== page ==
What sustains creativity? What are the forces that keep artists creating, and photographers inspired to share their work? We were compelled to learn more about what experiences had shaped the creative work of these two artists: Diana Markosian is a documentary photographer who at age 22 earned the Reuters photo of the year award; Grace Weston is an accomplished artist who creates constructed narrative images in elaborate studio scenes. Their stories of “un-learning” traditional modes of producing artwork, or rejecting values associated with their field demonstrated that creative hurdles are ever-present, and that they can come from personal choices and external forces alike.

As the Photo Center embarks on Long Shot, a 24-hour photo marathon, we share these stories of personal growth, in hopes that other photographers will join us and share their perspective with the world. Long Shot invites hundreds of photographers to participate by photographing anywhere they are in the world on June 21, the longest day of the year.

Tell us more about how you evolved your work beyond what was “expected” from a photographic project to what you really were passionate about?

Grace Weston: It was not a fast transition. I got to a point where my more formal, out in the field, black & white work was no longer fulfilling me. I felt uninspired and had no idea what to do next. Suddenly embarking on studio work turned everything upside down and put me back at square one. I had a lot to learn, and STILL had no idea what I wanted to shoot. I headed into still life, and made some “romantic” looking pieces, which were sort of “in style” at the time. But beauty has never been enough for me in a piece. I wanted to tell something, and found myself drawn to narrative. Magritte inspired my first successful narrative piece. I always loved the narrative found in surrealism, with its nod to dream life and the subconscious. That first piece excited me and I knew I was on the right path.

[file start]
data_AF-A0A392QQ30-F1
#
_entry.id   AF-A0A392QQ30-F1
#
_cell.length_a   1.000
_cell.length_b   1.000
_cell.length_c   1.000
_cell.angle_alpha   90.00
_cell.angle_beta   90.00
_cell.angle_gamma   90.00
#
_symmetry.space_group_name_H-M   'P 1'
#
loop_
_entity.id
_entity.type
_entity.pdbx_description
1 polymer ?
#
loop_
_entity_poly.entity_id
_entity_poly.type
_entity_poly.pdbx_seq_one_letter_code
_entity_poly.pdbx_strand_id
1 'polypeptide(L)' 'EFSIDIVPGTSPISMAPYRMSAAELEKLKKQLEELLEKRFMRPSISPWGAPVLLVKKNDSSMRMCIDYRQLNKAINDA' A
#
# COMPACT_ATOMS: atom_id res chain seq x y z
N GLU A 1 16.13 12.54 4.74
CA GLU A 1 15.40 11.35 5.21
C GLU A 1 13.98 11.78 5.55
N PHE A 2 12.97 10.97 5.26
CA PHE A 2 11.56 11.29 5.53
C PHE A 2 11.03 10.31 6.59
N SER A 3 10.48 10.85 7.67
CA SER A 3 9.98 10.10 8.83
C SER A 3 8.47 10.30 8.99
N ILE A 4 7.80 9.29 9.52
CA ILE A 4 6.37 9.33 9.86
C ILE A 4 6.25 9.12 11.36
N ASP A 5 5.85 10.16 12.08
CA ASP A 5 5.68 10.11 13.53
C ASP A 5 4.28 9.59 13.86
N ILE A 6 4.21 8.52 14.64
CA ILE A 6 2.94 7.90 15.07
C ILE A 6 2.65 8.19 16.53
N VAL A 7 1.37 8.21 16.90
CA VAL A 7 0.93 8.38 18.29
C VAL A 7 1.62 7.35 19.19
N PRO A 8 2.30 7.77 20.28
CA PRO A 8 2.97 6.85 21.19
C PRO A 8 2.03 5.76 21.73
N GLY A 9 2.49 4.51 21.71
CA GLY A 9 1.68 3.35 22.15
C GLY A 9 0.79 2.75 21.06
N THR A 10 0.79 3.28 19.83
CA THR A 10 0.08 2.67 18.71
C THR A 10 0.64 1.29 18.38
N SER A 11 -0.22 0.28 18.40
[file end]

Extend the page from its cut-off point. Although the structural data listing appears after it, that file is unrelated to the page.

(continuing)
Diana Markosian: I isolate myself by traveling to some of the most remote corners of the world, immersing myself in a world that is often foreign to me. I stay in these regions for long enough to become almost invisible to my subjects. I try to push myself to find projects, which I can follow through different stages. On a personal level, I try to surround myself by other photographers, artists and people who I admire creatively. This has been the best thing for growth, just always looking for smarter and more creative people to spend time with.

Could you address the kind of “re-education” that you underwent about your process?

Grace Weston: After years of more formal black and white photography in the field I had the opportunity to assist a studio photographer. It was daunting, but also thrilling to start with a “blank canvas” instead of the “treasure hunting” of my previous work in the field.

I didn’t really know if my work would fit in the fine art arena or the commercial arena. I greatly admired the work I saw in Communication Arts Photography Annuals and often I saw no reason why the work (especially the “personal work”) was not considered fine art. I found the rhetoric around the divisions between fine art and commercial work confusing, and unhelpful. I decided to ignore it, and do what I felt drawn to, what felt authentic to me, and see where it fit later.



Do you have advice for photographers who are struggling with the pressures of how to create work that resonates, and that is fulfilling artistically?

Diana Markosian: You have to photograph things you really care about, things that really interest you, not things you feel you ought to do. I don’t believe in waiting for assignments. Most of my work has been self-assigned. If you want to see the world, do it. When rejection happens (which is inevitable), don’t be turned off by it. There are editors out there who will love your work. Your job is to find them. In the end, everything has a purpose. Trust your life and believe in the work you do.